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In the early 1970s, OSHA was established by the Federal government to prevent work related injuries, illnesses, and fatalities. Given the comprehensive nature of OSHA compliance and the lack of familiarity by manufacturing company management with worker health and safety compliance, the demand for “in-house” medical and safety professionals grew rapidly. Between the mid-1970s and mid-1980s, the percentage of industrial operations with 250+ manufacturing employees, who had “in-house” occupational health nurse (OHN) support to assist with OSHA compliance initiatives, was high. This support included services such as hearing conservation, respiratory protection, injury and illness recordkeeping, first-aid administration, emergency medical care and employee wellness programs as well as training in the areas of occupational health, including First Aid CPR/AED and, most recently, bloodborne pathogen control. Manufacturers also discovered that an “in-house” OHN could significantly decrease lost time accidents, especially those that were formerly categorized improperly when injured employees were sent to an outside medical clinic for evaluation.
In 1974, the American Board of Occupational Health Nurses (ABOHN) was formed to accredit and serve as a resource for RNs who desired to work in general industry as Certified Occupational Health Nurses by offering a national exam, which focused on protecting those employees exposed to physical stresses in the workplace.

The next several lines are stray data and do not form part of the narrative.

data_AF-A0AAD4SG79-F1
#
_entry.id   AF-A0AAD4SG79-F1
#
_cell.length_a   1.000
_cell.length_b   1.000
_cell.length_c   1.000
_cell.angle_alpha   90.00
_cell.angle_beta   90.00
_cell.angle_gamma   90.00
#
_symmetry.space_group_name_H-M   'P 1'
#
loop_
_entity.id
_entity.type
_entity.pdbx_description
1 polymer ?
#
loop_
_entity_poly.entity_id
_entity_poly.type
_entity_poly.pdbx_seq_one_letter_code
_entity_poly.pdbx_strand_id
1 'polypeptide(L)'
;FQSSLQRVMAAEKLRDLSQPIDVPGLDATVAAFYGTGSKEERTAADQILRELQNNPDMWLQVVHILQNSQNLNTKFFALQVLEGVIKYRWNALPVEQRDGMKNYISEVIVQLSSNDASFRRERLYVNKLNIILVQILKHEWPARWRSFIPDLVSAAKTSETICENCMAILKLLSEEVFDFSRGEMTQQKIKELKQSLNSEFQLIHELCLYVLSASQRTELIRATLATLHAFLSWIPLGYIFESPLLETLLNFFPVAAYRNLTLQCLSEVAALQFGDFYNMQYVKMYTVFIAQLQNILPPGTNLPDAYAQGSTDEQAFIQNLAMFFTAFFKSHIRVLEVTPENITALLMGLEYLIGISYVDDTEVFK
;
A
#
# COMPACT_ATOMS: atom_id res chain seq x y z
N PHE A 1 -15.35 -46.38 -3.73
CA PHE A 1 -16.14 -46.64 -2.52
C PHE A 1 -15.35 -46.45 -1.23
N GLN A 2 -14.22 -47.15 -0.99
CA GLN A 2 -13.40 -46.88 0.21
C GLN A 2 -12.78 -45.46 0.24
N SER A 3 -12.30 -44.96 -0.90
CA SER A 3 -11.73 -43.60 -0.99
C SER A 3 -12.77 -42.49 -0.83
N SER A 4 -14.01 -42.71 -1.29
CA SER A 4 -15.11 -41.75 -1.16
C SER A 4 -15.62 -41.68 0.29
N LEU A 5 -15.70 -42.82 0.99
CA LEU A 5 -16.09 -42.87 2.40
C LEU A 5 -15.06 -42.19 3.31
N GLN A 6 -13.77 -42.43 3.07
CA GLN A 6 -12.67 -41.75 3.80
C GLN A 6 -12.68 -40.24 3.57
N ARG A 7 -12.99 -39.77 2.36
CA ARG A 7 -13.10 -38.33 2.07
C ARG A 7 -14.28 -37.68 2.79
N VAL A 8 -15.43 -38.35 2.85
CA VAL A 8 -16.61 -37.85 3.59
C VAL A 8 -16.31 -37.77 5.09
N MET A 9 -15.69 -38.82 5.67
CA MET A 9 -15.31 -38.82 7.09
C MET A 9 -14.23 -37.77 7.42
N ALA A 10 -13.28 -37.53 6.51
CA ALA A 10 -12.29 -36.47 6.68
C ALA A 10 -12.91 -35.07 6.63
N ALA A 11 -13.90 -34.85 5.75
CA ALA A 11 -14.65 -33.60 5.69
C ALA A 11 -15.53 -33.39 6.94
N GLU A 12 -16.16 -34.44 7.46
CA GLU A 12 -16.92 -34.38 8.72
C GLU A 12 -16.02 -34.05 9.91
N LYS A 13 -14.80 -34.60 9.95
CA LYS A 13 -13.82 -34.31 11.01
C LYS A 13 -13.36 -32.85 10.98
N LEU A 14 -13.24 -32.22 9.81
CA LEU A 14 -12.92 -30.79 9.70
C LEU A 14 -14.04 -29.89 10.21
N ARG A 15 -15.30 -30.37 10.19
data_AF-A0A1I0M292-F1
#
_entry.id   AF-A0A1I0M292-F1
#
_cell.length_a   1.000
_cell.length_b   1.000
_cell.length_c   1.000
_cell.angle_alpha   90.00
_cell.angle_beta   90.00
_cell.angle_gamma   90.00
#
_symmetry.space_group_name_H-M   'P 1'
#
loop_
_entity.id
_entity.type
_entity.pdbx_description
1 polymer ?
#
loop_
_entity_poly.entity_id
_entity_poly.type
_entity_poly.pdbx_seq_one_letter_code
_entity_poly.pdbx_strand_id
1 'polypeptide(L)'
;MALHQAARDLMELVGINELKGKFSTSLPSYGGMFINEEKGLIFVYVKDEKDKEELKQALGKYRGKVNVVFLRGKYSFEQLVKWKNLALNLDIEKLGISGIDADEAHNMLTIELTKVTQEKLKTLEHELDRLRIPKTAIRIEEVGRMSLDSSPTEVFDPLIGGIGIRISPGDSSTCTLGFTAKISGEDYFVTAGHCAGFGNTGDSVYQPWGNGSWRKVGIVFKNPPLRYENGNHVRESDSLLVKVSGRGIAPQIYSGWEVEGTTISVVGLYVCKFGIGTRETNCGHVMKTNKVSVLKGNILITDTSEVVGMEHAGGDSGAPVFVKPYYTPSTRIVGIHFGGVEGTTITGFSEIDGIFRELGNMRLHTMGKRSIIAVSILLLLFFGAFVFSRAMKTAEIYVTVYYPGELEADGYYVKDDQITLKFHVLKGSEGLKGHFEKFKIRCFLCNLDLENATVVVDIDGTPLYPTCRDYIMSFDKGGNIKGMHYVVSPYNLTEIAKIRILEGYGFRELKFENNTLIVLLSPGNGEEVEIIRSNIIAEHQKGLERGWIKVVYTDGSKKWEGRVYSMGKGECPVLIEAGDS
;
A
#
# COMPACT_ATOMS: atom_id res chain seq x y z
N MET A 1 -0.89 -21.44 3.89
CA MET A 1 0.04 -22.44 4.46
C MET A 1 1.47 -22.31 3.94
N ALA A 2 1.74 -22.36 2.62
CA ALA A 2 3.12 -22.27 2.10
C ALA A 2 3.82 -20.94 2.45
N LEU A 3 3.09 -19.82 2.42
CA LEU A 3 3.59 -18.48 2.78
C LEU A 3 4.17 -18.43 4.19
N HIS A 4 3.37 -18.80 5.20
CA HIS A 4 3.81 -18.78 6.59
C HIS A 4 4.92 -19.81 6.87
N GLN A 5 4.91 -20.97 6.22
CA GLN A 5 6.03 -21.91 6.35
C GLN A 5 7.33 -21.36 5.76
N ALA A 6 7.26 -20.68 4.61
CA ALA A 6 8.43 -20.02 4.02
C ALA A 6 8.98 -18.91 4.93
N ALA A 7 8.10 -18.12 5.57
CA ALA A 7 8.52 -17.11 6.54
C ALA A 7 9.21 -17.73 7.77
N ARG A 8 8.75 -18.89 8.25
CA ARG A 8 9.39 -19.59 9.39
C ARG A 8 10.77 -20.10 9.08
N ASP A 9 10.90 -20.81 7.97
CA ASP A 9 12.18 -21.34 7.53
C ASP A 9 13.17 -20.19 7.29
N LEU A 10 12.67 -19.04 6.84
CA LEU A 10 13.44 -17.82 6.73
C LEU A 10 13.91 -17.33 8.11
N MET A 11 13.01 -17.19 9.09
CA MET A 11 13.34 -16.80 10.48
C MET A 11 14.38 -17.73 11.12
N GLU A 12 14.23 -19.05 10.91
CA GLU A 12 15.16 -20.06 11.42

The ABOHN keeps records on the number of RNs who sit for the exam each year. As expected, the first year the test was administered in 1974, only 92 RNs nationwide took the ABOHN certification exam. RNs pursuing certification climbed slowly to 157 by 1980. However, during the 1980s, the COHN credential became more important to larger manufacturing companies and peaked at 371 in 1989. During the 1990s, the demand for “in-house” COHNs skyrocketed, with the average number of RNs per decade sitting for the exam rising from 260 per year during the 1980s to 680 per year in the 1990s, with a historical record high of 1,260 RNs in 1995!
During the late 1990s and early 2000s, corporations began to “engineer out” physical and chemical stressors in the workplace to avoid the liability and administrative complexity of complying with OSHA Standards, specifically those which impacted occupational health. Hazardous materials in manufacturing processes were gradually eliminated and substituted with safer alternatives. Engineering workplace controls were introduced to reduce and/or eliminate noise and more effectively remove airborne contaminants. Robotics in process lines also emerged, removing many tasks which were hazardous to manufacturing employees. Industrial safety also made significant strides, with the OSHA incident rate for accidents generally improving across most industrial classifications. The move of more heavy industry during this period from the US to other countries in Asia and Central and South America also decreased the demand for “in-house” OHNs. By the late 1990s, OSHA accident statistics clearly revealed that most workplace accidents were related to ergonomic stresses, which prompted OSHA to release an Ergonomic Standard. When the Bush Administration repealed the Ergonomic Standard in 2003, much of the emphasis on proactive worker health initiatives began to wane (although OSHA still recognizes ergonomics as the primary driver of Recordable Accidents and continues to use the “general duty clause” to cite ergonomics as a cause for accidents).